#HappyLife: Finding the plant that works for your household’s environment
SPOKANE, Wash. — Gardening, whether you start with a plant or a seed, can be stressful when you head to the store. So many options and which to pick?
Picture this, you’re at the gardening store with so many pretty flowers. Of course, they all have their true names like geraniums, perennials, and annuals. But to the basic person who doesn’t have a green thumb, they’re all just plants.
So where do you even start?
If you’re a first-time gardener or just looking for something simple. Experts recommend picking something low maintenance to start.
“This is a geranium, this is probably the most common plant that we do. It just requires – it’s pretty tough, so it doesn’t require quite as much water as every other plant and it does have just as much fertilization,” said Kelsi Caston, assistant greenhouse grower, Ritters Garden and Gift.
Experts also said petunias are good as a training ground.
“These particular ones are called super-tunias. They’re really good for you containers on the ground because they get really full, and big and beautiful,” Caston said.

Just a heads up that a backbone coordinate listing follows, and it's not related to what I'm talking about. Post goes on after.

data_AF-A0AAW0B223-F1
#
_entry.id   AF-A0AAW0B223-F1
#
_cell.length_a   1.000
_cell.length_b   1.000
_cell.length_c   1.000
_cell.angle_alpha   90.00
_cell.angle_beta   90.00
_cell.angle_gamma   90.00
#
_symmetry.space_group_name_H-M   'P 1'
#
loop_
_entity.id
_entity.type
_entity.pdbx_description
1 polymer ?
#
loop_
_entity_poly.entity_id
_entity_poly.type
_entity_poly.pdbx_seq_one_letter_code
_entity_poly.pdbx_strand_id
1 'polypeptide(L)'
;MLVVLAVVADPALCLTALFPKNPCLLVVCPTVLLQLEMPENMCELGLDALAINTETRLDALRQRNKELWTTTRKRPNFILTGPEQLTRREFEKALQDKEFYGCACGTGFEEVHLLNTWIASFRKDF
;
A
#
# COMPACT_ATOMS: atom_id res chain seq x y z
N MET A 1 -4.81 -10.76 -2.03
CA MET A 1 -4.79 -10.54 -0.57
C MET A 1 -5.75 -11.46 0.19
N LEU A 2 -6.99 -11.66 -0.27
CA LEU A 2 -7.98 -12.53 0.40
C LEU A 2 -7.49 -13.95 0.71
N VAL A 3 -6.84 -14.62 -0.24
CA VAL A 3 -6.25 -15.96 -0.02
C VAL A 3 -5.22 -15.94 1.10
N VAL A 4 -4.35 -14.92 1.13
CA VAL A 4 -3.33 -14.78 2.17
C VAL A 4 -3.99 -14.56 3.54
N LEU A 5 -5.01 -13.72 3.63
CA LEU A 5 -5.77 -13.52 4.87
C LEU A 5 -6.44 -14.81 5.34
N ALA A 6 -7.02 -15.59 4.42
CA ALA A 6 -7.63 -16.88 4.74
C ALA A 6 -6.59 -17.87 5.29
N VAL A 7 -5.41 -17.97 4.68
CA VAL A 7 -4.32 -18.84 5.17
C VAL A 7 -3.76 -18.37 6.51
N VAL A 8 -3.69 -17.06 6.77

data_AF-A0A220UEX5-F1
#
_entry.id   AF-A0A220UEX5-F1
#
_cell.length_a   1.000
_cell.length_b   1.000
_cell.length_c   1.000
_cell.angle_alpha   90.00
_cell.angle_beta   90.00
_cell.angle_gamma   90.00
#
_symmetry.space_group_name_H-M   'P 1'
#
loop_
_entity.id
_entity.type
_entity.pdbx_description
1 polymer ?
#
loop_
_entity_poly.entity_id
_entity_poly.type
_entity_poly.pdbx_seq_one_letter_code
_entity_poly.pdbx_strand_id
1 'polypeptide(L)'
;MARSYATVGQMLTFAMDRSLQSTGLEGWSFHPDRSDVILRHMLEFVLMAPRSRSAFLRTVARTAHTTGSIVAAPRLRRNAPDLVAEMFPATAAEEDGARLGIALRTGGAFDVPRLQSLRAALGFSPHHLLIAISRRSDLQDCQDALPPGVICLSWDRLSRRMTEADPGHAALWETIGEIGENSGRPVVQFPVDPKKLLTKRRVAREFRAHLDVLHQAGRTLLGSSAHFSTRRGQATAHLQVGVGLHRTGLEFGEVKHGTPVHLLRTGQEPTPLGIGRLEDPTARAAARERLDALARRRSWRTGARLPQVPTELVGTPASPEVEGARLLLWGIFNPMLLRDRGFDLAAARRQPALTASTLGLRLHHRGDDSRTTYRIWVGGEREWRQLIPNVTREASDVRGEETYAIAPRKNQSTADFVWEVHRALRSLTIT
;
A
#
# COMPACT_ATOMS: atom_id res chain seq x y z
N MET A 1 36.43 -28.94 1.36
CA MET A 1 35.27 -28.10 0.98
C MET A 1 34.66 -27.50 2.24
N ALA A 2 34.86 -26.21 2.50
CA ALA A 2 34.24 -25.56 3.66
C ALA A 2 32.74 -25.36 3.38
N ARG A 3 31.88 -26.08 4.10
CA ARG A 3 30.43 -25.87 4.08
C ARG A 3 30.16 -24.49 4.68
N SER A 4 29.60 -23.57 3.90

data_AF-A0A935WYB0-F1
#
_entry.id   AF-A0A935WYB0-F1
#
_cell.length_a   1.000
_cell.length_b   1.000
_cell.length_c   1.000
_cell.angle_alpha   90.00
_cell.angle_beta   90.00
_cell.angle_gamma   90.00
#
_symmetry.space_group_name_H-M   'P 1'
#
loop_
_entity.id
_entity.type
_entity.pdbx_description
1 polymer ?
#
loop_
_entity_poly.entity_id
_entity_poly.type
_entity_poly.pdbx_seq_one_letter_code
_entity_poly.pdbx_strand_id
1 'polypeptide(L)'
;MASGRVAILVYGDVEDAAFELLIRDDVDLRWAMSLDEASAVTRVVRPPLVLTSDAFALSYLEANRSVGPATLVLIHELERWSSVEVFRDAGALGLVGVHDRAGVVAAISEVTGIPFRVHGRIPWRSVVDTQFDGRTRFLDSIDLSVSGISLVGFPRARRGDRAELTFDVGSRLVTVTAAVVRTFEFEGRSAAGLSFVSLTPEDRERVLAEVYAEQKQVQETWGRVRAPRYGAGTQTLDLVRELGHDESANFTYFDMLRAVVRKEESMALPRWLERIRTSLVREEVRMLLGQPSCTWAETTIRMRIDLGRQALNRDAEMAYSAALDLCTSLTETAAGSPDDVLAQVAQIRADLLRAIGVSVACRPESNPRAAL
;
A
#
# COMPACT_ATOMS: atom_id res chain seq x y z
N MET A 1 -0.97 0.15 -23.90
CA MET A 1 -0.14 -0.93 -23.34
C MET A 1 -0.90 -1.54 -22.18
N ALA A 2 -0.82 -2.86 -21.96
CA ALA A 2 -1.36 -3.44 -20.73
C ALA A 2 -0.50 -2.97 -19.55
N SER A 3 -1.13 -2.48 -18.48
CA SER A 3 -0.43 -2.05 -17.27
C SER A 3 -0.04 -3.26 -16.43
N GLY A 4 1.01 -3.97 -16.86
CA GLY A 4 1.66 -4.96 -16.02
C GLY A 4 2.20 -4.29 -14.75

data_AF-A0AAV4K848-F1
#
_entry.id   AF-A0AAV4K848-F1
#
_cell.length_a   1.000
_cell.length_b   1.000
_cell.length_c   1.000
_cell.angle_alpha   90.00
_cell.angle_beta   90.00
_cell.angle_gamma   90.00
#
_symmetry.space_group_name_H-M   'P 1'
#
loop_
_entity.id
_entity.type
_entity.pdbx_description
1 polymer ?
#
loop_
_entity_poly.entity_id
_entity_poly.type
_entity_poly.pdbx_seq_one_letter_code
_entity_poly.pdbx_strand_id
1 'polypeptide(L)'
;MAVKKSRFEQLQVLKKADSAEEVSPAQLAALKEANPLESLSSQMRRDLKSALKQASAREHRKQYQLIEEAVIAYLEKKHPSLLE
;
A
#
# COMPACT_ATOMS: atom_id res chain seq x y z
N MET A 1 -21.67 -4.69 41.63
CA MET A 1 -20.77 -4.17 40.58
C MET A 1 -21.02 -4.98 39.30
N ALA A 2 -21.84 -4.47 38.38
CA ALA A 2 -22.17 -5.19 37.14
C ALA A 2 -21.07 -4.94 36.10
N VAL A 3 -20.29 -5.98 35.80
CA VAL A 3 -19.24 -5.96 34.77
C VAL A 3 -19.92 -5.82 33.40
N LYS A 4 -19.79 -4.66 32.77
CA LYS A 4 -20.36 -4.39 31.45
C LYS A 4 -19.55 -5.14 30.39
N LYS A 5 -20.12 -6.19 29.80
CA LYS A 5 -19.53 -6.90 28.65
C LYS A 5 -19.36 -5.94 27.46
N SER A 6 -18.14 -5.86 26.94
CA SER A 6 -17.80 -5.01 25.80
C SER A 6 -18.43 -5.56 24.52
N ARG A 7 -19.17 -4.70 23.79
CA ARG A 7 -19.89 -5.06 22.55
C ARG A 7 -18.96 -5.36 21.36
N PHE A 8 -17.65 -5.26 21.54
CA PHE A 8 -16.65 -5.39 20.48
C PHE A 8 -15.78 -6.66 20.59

If those two plants still seem like too much work for the timid gardener, there’s always the rubber houseplant. It’s a real plant, don’t be fooled by the name.
“You don’t have to water it a ton, it doesn’t have a whole lot of pest problems, and it can still thrive in bright light and relatively dim light,” Caston said.
Knowing your way around a store will also help you as you’re shopping around. Every greenhouse is organized in some way think of it as a sorting tool to get to what you need.
“Our front room is mostly sun plants,” Caston said.
Once you’ve got the plant you want, you just need to keep it alive long enough to thrive.
It’s easy, just make sure you pot it when you get home.
“Get it down in there, make sure it lines up right and it’s in the center,” Caston said.
You can also add fertilizer. Most importantly, don’t forget to water it!
“Stick your finger down in there – maybe up to your first or second knuckle, just depending on the plant. If it’s a little dry in there – it’s definitely time for water,” Caston said.
Experts said during the summer your plants need to be watered once each day, sometimes twice in peak heat hours. You’ll know when your plant has enough water when it’s just starting to leak at the bottom of the pot.
“That’s what we’re looking for,” Caston said.
Still stressed out? Hey, don’t forget – there are always sales associates waiting to give you a helping green thumb.
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